The Avon Gorge Hotel’s bar is also a perfect place to grab a drink and a bite to eat, alongside some of the most spectacular views across the countryside. Be sure to see the sun set over the Clifton Suspension Bridge from their large beer garden.

For those with a craving for high-end dining, Bristol has two Michelin starred restaurants, Casamia and Wilks, with delightful, often locally-sourced dishes to enjoy.

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Bristol’s Story

There has been a settlement in the Bristol region from as far back as the Stone Age. Fast forward a few thousand years to the Norman era and the town gained charter and county status in 1373.

In 1542, Bristol officially became a city, in part thanks to trading maritime connections with Wales, Ireland, Iceland, France, Spain and Portugal.

The city was captured by Royalist troops and then recaptured for Parliament during the English Civil War. During the 17th and 18th centuries the transatlantic slave trade and the Industrial Revolution brought further prosperity.

The late 18th and early 19th centuries saw the construction of a floating harbour, advances in shipbuilding and further industrialisation. Steady development continued up to the present day, where the city is now an important financial centre and high technology hub.



The vast majority of Bristol residents are English speakers, but being a multicultural city, you’re likely to hear a variety of accents and languages across your stay.

If you’re lucky you might hear a traditional West Country Bristol accent. It’s difficult to describe what it sounds like but if you politely ask a sociable Brit you might be able to convince them to do an impression.

Need to know

+44 Dialling Code
999 Emergency Services

Get The Low-Down

  • The best way to explore Bristol is on foot or by bike. The city is home to the charity Sustrans, which champions travel by bike, foot or public transport, so there are plenty of pedestrian and bike-friendly routes available across Bristol.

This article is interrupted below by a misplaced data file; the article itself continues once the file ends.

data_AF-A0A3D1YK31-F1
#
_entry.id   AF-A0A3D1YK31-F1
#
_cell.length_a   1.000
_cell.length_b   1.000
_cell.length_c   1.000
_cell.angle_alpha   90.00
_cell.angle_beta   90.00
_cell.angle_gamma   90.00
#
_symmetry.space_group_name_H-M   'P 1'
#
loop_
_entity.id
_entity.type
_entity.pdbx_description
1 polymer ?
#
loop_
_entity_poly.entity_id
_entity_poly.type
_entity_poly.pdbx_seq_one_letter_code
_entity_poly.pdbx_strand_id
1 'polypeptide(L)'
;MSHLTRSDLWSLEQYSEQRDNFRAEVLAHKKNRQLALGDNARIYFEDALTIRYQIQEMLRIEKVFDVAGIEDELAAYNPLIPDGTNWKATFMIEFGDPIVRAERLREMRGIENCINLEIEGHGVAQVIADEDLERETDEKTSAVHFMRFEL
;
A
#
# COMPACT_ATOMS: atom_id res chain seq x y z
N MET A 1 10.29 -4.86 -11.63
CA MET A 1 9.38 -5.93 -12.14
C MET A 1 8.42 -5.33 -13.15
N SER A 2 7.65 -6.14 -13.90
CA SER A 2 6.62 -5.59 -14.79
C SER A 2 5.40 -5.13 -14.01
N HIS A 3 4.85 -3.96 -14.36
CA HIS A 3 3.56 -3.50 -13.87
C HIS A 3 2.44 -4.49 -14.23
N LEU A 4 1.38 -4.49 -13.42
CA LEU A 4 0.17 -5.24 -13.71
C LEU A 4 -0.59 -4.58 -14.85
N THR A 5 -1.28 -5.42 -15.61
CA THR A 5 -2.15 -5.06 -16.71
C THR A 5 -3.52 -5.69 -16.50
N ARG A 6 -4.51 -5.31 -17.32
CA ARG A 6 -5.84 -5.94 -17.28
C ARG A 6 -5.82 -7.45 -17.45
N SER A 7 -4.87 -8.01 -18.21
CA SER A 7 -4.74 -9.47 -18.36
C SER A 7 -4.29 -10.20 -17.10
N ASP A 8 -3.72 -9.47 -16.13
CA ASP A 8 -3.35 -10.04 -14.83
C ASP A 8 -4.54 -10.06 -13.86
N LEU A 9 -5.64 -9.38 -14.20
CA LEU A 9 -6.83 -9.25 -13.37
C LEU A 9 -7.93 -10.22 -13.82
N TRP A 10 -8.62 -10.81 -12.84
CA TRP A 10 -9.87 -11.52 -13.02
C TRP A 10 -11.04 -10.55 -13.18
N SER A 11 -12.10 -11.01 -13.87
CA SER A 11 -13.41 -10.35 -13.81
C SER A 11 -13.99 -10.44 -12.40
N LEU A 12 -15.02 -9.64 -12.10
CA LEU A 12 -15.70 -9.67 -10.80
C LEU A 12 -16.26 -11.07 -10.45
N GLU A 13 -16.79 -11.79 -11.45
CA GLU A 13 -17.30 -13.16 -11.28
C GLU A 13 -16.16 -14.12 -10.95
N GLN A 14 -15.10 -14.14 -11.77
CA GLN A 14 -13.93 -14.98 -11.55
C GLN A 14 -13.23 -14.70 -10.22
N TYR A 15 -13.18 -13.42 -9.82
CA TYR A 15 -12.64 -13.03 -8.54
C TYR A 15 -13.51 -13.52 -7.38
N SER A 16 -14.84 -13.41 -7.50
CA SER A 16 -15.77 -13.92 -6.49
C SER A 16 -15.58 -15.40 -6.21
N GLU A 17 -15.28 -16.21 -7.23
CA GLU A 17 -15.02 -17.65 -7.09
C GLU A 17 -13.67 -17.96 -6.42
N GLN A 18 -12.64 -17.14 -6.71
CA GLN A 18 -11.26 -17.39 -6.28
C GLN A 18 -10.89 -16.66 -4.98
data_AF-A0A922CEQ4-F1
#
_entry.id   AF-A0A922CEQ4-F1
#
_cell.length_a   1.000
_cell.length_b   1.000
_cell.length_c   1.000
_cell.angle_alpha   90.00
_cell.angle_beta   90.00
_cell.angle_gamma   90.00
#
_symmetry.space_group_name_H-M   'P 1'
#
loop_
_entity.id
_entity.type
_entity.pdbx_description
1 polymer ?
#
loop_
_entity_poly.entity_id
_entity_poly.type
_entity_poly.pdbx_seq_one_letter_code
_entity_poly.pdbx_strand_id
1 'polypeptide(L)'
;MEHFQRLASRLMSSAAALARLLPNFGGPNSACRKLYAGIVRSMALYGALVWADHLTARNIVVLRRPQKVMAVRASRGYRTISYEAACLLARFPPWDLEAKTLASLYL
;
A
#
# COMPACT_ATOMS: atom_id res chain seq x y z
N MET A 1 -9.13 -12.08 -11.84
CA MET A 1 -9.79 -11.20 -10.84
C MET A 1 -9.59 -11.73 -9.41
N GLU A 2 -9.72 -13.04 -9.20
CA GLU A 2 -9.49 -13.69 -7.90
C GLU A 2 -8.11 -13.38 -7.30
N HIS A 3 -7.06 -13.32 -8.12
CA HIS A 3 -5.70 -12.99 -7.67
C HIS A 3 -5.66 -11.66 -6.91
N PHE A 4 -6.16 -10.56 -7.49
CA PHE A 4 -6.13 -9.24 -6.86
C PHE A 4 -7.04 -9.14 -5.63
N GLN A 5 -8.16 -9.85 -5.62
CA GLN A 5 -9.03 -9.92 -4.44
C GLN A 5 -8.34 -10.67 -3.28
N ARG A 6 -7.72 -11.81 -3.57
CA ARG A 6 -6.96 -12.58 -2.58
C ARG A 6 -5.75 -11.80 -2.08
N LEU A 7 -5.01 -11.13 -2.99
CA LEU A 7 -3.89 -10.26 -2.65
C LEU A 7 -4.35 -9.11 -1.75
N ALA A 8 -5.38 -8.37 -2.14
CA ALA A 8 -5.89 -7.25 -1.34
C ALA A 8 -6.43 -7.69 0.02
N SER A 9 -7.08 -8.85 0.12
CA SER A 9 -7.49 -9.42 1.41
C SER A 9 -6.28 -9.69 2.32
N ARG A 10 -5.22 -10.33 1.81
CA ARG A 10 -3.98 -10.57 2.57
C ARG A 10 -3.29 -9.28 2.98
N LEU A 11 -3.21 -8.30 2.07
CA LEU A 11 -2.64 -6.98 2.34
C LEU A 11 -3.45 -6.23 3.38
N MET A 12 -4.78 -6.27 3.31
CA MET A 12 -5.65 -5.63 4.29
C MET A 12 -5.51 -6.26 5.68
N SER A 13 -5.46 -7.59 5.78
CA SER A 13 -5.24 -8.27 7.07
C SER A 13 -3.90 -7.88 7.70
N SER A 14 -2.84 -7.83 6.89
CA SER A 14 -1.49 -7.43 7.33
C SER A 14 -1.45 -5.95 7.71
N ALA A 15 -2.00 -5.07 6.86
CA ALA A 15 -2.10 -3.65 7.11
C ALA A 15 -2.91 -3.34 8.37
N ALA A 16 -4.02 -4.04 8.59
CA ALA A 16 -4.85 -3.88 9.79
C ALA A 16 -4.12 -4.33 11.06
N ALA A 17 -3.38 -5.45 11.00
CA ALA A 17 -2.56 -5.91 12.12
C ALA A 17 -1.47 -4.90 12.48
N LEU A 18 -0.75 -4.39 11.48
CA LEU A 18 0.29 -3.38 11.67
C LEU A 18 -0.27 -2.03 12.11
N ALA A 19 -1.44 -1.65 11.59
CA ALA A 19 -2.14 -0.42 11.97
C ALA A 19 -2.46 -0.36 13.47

• Situated just 8 miles south of the city centre, Bristol Airport is quick and easy to reach by car, rail, bus and taxi.
  • The Bristol Tourist Information Centre is a great resource for visitors and locals alike, offering everything from help with bus timetables and accommodation booking to souvenirs and gifts. Its standard opening Hours are: Mon-Sat between 10am and 4pm and Sundays between 11am and 4pm.



Find out about the visa requirements for the UK here.

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Travioor Recommends

1. SS Great Britain

Brunel’s design prowess can be seen across Bristol, with the SS Great Britain being one of the city’s finest assets. Take time to visit the revolutionary steam ship.

2. Suspension Bridge

Brunel also put his hand to the Clifton Suspension Bridge. It’s a symbol of the city, and is noted for its Victorian beauty and engineering excellence.

3. At-Bristol

With hundreds of hands-on exhibits to explore, live shows and a Planetarium, a visit to Bristol isn’t complete without checking out At-Bristol.

4. Brandon Hill

Take a step back from the urban hub and take a stroll around Brandon Hill and Cabot Tower. The views from the top of the tower are incredible.

5. Bristol Zoo

The fifth oldest zoo in the world, Bristol Zoo Gardens is a fantastic day out for all animal lovers and well worth factoring into your plans.